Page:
The Minister for Financial Services, Superannuation and Corporate Law, Chris Bowen MP,has introduced the Corporations Legislation Amendment (Financial Services Modernisation) Bill 2009 into Parliament.
The Bill addresses three key areas of financial services regulation:
- Margin lending
- Trustee companies
- Debentures and promissory notes
The new regime will make margin loans subject to the investor protection regime in the Corporations Act. It requires margin lenders and advisers to obtain a licence and be subject to supervision and enforcement by ASIC. It will also give borrowers access to free external dispute resolution services where they have a dispute with their provider.
Margin loan lenders will be subject to responsible lending requirements which will only allow them to provide a margin loan if they are reasonably sure that the borrower is able to afford the loan without suffering substantial hardship. A new provision is included which clarifies whether lenders or financial advisers are responsible for notifying borrowers of margin calls. There will be a 12 month transition period.
The Commonwealth assumes responsibility for the regulation of trustee companies under a single, standard, national regulatory regime.
Traditional trustee company services will be regarded as financial services under Chapter 7 of the Corporations Act, and trustee companies will be required to hold an Australian financial services licence covering the provision of the relevant services.
The amendments will also protect consumers by establishing a national consumer protection and disclosure regime under the Corporations Act and the ASIC Act. Trustee companies will also need internal and external dispute resolution mechanisms to resolve complaints.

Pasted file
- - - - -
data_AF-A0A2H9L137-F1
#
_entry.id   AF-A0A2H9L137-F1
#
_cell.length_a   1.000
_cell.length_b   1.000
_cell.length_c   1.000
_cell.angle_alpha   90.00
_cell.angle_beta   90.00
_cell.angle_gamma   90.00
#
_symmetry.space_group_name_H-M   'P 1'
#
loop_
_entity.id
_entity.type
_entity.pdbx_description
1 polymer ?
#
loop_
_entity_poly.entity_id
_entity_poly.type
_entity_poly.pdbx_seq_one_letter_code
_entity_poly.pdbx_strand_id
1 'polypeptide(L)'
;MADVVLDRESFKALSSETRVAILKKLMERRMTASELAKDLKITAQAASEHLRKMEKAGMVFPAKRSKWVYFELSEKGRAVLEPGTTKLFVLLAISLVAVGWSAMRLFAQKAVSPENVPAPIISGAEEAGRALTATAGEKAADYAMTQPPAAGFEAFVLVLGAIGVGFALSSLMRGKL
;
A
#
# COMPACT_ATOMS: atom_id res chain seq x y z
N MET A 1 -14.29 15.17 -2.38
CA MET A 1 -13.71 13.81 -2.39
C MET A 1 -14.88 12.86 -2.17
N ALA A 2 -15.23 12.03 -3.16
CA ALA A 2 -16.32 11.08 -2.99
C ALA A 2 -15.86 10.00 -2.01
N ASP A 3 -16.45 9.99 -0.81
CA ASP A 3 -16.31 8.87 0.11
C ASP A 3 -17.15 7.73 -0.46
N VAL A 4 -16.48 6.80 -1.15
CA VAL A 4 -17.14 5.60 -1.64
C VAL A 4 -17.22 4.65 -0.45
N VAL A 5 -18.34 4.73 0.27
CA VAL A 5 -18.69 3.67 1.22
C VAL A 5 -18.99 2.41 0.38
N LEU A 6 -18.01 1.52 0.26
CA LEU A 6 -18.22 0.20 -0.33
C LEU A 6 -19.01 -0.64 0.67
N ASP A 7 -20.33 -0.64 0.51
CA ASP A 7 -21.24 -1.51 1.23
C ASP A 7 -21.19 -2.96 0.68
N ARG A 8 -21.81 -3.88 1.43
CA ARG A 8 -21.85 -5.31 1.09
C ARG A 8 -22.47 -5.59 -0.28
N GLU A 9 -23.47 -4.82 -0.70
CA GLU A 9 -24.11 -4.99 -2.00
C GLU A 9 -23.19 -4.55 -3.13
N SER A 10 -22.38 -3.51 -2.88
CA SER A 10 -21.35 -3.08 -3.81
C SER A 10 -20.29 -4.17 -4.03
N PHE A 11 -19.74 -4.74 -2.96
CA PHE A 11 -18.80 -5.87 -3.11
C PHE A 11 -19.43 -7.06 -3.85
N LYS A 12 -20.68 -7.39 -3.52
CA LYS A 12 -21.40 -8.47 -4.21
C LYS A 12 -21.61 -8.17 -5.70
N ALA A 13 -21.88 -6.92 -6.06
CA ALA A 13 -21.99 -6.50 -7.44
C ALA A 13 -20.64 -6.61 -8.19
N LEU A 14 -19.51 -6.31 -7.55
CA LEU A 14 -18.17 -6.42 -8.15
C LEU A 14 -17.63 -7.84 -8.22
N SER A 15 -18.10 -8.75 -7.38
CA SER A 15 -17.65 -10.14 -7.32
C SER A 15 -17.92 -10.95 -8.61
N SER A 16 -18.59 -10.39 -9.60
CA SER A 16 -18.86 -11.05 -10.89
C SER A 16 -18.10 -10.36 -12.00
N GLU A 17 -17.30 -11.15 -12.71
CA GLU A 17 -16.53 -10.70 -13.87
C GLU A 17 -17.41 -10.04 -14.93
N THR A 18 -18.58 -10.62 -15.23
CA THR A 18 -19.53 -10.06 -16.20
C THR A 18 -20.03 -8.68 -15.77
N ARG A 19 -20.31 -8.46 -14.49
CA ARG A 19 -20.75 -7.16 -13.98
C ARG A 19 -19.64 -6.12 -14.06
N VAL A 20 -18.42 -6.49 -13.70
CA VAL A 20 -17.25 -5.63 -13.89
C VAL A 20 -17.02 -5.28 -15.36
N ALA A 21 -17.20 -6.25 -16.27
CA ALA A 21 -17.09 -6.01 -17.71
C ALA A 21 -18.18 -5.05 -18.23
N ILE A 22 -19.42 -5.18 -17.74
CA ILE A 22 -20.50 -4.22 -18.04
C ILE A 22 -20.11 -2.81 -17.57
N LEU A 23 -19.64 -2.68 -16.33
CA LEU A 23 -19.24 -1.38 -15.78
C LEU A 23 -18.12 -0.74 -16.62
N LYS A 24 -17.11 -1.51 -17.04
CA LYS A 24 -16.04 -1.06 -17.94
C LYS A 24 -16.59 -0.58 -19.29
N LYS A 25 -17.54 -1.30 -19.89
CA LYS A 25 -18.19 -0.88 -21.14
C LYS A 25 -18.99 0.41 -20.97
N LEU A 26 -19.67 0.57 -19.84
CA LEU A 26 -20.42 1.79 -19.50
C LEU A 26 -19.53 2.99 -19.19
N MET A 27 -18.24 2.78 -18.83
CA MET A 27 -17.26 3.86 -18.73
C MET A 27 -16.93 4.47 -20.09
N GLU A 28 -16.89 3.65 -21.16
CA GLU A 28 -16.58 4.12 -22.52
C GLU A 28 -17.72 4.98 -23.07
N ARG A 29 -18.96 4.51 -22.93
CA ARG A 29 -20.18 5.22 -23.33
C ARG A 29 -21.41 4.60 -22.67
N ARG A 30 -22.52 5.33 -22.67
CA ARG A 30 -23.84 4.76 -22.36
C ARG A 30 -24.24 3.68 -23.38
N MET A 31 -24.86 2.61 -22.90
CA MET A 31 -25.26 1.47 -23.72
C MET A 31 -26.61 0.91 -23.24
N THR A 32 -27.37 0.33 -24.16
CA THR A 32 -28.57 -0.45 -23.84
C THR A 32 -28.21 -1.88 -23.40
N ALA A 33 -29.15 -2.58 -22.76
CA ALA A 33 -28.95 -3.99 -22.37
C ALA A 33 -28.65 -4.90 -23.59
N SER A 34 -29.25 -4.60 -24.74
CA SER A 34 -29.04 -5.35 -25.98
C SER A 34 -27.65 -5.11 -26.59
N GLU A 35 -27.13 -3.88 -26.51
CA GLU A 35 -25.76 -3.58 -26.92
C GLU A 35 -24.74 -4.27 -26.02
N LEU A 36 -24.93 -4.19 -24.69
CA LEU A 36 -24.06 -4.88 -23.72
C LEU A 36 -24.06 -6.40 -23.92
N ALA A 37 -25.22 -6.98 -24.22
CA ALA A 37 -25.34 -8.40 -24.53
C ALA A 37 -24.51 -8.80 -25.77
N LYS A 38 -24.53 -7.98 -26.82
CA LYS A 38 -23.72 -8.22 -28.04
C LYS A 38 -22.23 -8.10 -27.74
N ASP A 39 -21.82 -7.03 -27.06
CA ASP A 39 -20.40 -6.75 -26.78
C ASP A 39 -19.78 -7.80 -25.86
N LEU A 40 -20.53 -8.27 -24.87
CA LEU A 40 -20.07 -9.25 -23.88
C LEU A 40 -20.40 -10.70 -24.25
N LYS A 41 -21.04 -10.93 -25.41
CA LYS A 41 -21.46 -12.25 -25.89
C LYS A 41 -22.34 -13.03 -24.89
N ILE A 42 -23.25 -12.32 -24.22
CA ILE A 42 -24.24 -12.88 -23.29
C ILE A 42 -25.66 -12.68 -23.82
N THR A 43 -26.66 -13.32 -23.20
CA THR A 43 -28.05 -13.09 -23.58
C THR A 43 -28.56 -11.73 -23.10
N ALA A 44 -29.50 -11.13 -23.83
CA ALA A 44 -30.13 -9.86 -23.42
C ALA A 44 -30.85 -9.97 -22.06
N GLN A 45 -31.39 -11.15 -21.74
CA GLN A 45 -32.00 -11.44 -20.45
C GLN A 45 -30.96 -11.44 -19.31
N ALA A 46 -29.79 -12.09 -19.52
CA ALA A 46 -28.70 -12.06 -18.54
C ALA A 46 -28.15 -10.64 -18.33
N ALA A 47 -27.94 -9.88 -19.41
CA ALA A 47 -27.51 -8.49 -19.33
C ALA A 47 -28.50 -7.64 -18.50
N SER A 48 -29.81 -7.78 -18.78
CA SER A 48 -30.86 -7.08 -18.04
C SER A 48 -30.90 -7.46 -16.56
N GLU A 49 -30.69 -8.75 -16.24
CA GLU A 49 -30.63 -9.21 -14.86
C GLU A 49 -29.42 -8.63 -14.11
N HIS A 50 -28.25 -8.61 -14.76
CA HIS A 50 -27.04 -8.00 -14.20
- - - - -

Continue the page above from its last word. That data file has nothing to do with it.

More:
The legislation provides that fees must be fully disclosed to the public via the internet. Fees charged to non-charitable trust clients are limited to the trustee company’s latest published schedule of fees.
Also, fees charged to charitable trusts and foundations will be regulated to ensure that beneficiaries of these trusts are protected. Specifically, fees charged to “new client” charitable trusts will remain subject to capping based on the Victorian Trustee Companies Act 1984. “Existing client” charitable trusts will have their fee levels frozen to ensure the fees do not rise as a result of the new regime.
The Bill amends the regulation of debentures and promissory notes and creates a register of debenture trustees.
The changes harmonise the legal regime to require all retail debentures and promissory notes to be subject to the consumer disclosure and protection measures currently applying to debentures. This includes the requirement to have a trust deed and trustee arrangements, and to issue a full prospectus.
ASIC will be required to create and maintain the register of debenture trustees, which will be available for viewing by the public.